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Rearranging formulae

- Use and interpret algebraic notation, including:
- ab in place of a × b
- 3y in place of y + y + y and 3 × y
- a
^{2}in place of a × a, a^{3}in place of a × a × a; a^{2}b in place of a × a × b - a/b in place of a ÷ b

- coefficients written as fractions rather than decimals
- simplify and manipulate algebraic expressions to maintain equivalence by collecting like terms

- Expanding brackets means to take out of brackets. Factorising an expression is put in brackets.
- When expanding brackets by a negative students often forget to multiply every term inside the bracket by the negative.
- When factorising expressions the highest common factor of each term. A common misconception is to only partially factorise. For example 9a + 12a
^{2}is fully factorised as 3a(3 + 4a) not a(9 + 12a). - When solving equations involving brackets it is not always necessary to expand the bracket first. It is often possible to divide both sides by the number outside the bracket.
- To solve an equation you have to get the letter on its own on one side of the equation. Begin by collecting like terms so all the letters are together.
- When substituting known values into a formula remember to use the correct order of operations. Students often make mistakes when substituting in negative and fractional numbers.
- Formulae have an unknown on its own. This is the subject of the formula. Use the balance method and order of operations to change the subject of the formula.

Develop fluency

- Use algebra to generalise the structure of arithmetic, including to formulate mathematical relationships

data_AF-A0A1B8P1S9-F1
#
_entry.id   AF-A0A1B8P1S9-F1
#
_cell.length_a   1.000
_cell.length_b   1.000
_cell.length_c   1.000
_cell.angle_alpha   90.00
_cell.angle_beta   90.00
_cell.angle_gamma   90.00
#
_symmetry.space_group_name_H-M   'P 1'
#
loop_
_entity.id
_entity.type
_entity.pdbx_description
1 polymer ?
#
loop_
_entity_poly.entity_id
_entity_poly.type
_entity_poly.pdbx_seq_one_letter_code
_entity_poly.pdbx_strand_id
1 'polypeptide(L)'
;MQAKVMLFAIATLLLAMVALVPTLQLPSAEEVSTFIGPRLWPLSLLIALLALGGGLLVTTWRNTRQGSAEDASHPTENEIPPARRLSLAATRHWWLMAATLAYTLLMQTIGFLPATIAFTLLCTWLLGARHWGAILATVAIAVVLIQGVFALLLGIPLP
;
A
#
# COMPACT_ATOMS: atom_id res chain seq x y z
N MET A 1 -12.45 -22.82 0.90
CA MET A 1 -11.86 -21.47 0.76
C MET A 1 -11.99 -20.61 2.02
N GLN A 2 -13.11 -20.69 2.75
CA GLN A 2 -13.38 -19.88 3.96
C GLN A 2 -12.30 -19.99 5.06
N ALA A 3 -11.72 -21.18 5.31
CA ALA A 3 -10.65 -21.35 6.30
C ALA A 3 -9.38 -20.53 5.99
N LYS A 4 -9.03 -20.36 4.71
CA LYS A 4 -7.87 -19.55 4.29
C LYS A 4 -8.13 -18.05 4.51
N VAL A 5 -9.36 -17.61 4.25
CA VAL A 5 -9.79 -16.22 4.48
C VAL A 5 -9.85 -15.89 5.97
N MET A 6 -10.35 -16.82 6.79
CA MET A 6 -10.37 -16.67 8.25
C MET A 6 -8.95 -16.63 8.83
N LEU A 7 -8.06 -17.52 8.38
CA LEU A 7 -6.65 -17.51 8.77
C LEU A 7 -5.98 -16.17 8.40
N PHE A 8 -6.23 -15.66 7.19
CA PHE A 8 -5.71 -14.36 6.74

- Substitute values in expressions, rearrange and simplify expressions, and solve equations

Reason mathematically

- Identify variables and express relations between variables algebraically and graphically

Solve problems

- Develop their mathematical knowledge, in part through solving problems and evaluating the outcomes, including multi-step problems
- Select appropriate concepts, methods and techniques to apply to unfamiliar and non-routine problems.

Algebra

- Substitute numerical values into formulae and expressions, including scientific formulae;
- Understand and use the concepts and vocabulary of expressions, equations, inequalities, terms and factors;
- Simplify and manipulate algebraic expressions to maintain equivalence by:
- Collecting like terms
- Multiplying a single term over a bracket
- Taking out common factors
- Expanding products of two or more binomials

- Understand and use standard mathematical formulae; rearrange formulae to change the subject
- Use algebraic methods to solve linear equations in one variable (including all forms that require rearrangement)

October 22, 2017

When factorising algebraic expressions with powers students often struggle to identify the highest common factor when it involves an algebraic term. For example, factorising 3h + 12 as 3(h + 4) is attempted correctly much more often than factorising 3h2 + 12h as 3h(h + 4). In this lesson students learn how to identify the […]

August 14, 2017

While I was teaching a higher GCSE class about Reflections, Rotations and Translations I wanted to explore extending transformations beyond shapes on a grid to include transforming straight line graphs. About forty minutes into the lesson on reflections the majority of the students were quietly working their way through the activities. The class were well […]

June 4, 2017

Here is a list of what I consider to be the best secondary school maths websites that I use every week. Best secondary school maths websites are ... UK Maths Challenge Geogebra http://prethomework.weebly.com/ This website has a good range of homework tasks for key stage 3 classes. Every worksheet includes a skill, challenge, literacy, research […]